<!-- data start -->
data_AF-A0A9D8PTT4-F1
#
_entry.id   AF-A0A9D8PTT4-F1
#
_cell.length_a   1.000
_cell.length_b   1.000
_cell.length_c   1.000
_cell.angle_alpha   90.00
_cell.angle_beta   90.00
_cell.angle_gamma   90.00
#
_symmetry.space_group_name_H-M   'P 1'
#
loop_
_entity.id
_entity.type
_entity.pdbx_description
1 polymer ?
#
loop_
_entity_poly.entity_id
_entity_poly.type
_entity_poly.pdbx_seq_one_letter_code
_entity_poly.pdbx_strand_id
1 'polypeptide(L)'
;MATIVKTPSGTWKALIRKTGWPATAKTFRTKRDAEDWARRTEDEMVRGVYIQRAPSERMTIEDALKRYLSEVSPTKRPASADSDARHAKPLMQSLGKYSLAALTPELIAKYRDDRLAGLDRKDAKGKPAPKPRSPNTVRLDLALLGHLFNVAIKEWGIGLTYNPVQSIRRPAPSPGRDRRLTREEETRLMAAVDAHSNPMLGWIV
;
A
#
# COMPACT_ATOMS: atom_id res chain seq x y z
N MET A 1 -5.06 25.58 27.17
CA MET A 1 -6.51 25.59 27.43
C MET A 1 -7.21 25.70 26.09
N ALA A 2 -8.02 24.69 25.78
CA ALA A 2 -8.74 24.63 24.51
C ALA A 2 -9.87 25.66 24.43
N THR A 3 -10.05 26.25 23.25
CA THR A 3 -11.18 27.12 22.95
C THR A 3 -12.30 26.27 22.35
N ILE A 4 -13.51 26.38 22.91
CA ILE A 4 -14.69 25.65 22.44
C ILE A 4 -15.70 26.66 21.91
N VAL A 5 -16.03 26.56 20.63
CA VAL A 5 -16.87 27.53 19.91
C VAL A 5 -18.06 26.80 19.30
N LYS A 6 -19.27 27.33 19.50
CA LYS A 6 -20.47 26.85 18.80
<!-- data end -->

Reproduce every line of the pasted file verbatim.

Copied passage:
data_AF-A0A9D8PTT4-F1
#
_entry.id   AF-A0A9D8PTT4-F1
#
_cell.length_a   1.000
_cell.length_b   1.000
_cell.length_c   1.000
_cell.angle_alpha   90.00
_cell.angle_beta   90.00
_cell.angle_gamma   90.00
#
_symmetry.space_group_name_H-M   'P 1'
#
loop_
_entity.id
_entity.type
_entity.pdbx_description
1 polymer ?
#
loop_
_entity_poly.entity_id
_entity_poly.type
_entity_poly.pdbx_seq_one_letter_code
_entity_poly.pdbx_strand_id
1 'polypeptide(L)'
;MATIVKTPSGTWKALIRKTGWPATAKTFRTKRDAEDWARRTEDEMVRGVYIQRAPSERMTIEDALKRYLSEVSPTKRPASADSDARHAKPLMQSLGKYSLAALTPELIAKYRDDRLAGLDRKDAKGKPAPKPRSPNTVRLDLALLGHLFNVAIKEWGIGLTYNPVQSIRRPAPSPGRDRRLTREEETRLMAAVDAHSNPMLGWIV
;
A
#
# COMPACT_ATOMS: atom_id res chain seq x y z
N MET A 1 -5.06 25.58 27.17
CA MET A 1 -6.51 25.59 27.43
C MET A 1 -7.21 25.70 26.09
N ALA A 2 -8.02 24.69 25.78
CA ALA A 2 -8.74 24.63 24.51
C ALA A 2 -9.87 25.66 24.43
N THR A 3 -10.05 26.25 23.25
CA THR A 3 -11.18 27.12 22.95
C THR A 3 -12.30 26.27 22.35
N ILE A 4 -13.51 26.38 22.91
CA ILE A 4 -14.69 25.65 22.44
C ILE A 4 -15.70 26.66 21.91
N VAL A 5 -16.03 26.56 20.63
CA VAL A 5 -16.87 27.53 19.91
C VAL A 5 -18.06 26.80 19.30
N LYS A 6 -19.27 27.33 19.50
CA LYS A 6 -20.47 26.85 18.80